Albert Mohler Says LGBT Ideology Can 'Conflict' with Feminism
Albert Mohler, president of the Southern Baptist Theological Seminary, says LGBTQ ideology sometimes “conflicts” with feminist ideology.
Mohler was talking specifically about transgender athletes competing in sports. His comments come after gay athlete and former professional tennis player Martina Navratilova wrote in a column for The Sunday Times that it wasn’t fair for biological men to compete as women. Navratilova announced in 1981 that she was a lesbian.
“To put the argument at its most basic: a man can decide to be female, take hormones if required by whatever sporting organisation is concerned, win everything in sight and perhaps earn a small fortune, and then reverse his decision and go back to making babies if he so desires,” she wrote.
“It’s insane and it’s cheating. I am happy to address a transgender woman in whatever form she prefers, but I would not be happy to compete against her. It would not be fair.”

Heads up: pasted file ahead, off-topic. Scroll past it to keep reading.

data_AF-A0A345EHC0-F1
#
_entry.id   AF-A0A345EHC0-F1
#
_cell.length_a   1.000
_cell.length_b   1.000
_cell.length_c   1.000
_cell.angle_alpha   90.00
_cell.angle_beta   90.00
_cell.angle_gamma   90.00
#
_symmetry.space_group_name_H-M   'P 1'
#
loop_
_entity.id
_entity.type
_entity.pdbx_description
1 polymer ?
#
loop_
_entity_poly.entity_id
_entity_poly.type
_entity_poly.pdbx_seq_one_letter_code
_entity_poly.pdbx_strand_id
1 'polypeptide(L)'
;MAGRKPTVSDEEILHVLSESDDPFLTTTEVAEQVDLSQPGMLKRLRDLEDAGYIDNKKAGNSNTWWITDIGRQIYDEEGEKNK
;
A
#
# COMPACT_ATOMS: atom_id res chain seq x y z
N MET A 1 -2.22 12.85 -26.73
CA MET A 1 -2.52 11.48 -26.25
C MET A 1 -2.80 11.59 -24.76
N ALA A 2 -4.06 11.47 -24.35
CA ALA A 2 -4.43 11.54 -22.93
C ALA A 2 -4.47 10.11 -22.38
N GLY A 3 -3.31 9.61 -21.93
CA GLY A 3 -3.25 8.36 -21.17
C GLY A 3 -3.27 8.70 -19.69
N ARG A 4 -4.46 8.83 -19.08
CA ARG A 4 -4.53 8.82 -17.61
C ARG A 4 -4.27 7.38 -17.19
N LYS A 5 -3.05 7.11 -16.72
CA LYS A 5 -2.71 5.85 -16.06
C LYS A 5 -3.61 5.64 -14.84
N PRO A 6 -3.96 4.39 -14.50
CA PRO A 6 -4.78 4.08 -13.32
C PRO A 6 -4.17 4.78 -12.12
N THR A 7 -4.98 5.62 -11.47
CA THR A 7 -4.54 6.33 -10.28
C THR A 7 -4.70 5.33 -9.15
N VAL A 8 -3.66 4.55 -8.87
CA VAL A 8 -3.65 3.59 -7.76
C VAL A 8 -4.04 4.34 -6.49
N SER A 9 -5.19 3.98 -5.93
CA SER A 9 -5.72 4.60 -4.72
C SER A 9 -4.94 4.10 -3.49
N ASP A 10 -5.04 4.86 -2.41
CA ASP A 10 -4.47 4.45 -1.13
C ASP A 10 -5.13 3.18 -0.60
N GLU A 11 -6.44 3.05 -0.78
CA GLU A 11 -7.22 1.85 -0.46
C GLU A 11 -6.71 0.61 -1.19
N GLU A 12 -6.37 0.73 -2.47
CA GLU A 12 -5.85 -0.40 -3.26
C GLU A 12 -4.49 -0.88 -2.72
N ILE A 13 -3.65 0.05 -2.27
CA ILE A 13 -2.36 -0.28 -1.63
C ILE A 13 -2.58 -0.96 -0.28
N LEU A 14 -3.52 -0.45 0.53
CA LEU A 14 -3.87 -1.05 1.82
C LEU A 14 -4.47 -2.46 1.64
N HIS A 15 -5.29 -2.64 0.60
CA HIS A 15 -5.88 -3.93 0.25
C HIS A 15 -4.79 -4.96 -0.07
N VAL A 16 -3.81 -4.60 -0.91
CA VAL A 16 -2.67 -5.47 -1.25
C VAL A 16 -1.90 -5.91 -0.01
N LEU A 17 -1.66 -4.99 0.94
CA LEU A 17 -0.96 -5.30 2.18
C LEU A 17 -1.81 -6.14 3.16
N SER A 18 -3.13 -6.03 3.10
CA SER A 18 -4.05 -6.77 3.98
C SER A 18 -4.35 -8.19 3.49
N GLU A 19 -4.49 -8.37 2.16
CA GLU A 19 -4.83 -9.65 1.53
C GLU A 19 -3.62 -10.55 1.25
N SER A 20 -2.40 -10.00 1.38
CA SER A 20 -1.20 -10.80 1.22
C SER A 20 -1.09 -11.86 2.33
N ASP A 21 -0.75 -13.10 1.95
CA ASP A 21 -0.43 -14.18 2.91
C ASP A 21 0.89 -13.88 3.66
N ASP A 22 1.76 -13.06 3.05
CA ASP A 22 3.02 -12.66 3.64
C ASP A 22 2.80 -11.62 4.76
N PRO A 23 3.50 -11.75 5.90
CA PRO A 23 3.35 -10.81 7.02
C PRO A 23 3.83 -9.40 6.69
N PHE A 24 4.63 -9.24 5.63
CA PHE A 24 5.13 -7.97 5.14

As part of his daily news and analysis segment, “The Briefing,” Mohler said that “Navratilova is saying that there are now hundreds of trans athletes who have won identified as women competing with women when they would not have won if they had been competing as men against men. They have gained an advantage by their trans identity and they have gained an unfair advantage by competing against women.”
Mohler says Navratilova has highlighted the “collision” between gay rights and feminist activists.
“It is the collision between not only traditional feminists and the transgender revolutionaries but traditional gay rights activists and the transgender revolutionaries because the entire edifice of gay rights based upon gays, that is gay men, and lesbians was that it makes all the difference in the world if one is a man or a woman.”
Late this week, Navratilova was removed from an advisory board of the Athlete Ally organization, a group for LGBTQ athletes. The organization released a statement, saying her comments were “transphobic.”
Photo courtesy: Creative CommonsNancy Dowd